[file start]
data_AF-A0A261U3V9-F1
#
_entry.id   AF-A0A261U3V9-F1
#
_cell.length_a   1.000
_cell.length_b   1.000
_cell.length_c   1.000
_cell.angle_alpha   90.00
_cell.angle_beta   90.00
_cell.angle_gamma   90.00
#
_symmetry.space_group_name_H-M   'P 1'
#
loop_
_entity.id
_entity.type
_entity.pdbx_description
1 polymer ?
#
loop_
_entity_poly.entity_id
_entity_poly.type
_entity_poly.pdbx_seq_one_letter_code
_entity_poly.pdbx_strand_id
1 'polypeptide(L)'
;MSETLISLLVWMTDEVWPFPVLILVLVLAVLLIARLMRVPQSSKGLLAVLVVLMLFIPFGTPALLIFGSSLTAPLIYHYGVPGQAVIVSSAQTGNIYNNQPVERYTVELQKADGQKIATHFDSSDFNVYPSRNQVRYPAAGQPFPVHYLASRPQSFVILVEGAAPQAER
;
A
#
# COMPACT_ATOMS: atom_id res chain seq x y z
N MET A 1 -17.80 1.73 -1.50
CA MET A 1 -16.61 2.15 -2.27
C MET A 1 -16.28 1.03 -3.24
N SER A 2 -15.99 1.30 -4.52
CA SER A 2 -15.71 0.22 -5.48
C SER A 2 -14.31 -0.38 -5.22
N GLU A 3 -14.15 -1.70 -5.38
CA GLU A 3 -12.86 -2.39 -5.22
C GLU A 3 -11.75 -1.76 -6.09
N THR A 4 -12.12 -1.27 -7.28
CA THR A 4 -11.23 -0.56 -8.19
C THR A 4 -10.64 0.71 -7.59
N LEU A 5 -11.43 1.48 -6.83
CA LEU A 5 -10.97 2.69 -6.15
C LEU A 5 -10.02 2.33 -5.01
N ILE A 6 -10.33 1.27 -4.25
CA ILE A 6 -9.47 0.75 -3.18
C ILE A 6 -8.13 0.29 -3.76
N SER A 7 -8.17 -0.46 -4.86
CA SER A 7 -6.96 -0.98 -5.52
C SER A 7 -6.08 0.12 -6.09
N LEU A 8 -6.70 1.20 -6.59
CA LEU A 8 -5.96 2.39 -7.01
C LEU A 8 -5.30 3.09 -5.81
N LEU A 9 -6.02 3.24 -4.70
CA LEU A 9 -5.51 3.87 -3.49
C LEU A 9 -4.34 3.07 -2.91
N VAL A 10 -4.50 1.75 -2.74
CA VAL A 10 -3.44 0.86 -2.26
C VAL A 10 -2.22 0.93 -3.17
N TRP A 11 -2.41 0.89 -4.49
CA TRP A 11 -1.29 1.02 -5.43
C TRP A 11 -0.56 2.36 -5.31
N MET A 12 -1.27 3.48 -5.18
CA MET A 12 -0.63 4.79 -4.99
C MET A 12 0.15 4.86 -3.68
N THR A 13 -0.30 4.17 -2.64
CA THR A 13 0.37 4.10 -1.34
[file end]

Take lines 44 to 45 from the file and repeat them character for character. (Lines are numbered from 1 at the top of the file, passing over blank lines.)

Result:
CA LEU A 5 -10.97 2.69 -6.15
C LEU A 5 -10.02 2.33 -5.01